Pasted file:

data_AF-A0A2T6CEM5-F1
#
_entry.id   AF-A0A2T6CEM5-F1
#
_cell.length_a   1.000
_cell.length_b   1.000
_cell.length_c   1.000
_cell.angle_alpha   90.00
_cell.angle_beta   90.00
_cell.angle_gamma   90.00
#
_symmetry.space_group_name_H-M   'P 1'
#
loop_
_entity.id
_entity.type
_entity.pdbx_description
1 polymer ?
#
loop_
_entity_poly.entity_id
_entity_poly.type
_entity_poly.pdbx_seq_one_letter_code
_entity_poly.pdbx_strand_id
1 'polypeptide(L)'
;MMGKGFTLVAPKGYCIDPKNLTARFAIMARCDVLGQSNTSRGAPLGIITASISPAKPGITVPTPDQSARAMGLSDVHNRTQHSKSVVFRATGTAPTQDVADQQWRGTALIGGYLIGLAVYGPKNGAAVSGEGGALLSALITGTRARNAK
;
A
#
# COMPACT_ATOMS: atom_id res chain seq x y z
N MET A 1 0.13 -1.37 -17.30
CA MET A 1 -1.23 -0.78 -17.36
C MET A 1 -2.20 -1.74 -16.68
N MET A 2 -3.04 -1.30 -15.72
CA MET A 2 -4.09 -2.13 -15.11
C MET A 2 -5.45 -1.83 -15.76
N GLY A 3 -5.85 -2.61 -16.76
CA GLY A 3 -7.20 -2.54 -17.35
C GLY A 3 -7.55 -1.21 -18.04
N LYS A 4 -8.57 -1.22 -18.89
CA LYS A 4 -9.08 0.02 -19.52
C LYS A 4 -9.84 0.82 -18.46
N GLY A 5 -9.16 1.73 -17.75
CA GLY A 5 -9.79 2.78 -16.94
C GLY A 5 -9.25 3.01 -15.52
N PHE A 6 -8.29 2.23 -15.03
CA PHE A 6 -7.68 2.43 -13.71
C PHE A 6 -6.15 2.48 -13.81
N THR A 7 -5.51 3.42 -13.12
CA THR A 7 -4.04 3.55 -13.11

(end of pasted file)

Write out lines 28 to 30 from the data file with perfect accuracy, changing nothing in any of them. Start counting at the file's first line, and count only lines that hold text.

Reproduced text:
A
#
# COMPACT_ATOMS: atom_id res chain seq x y z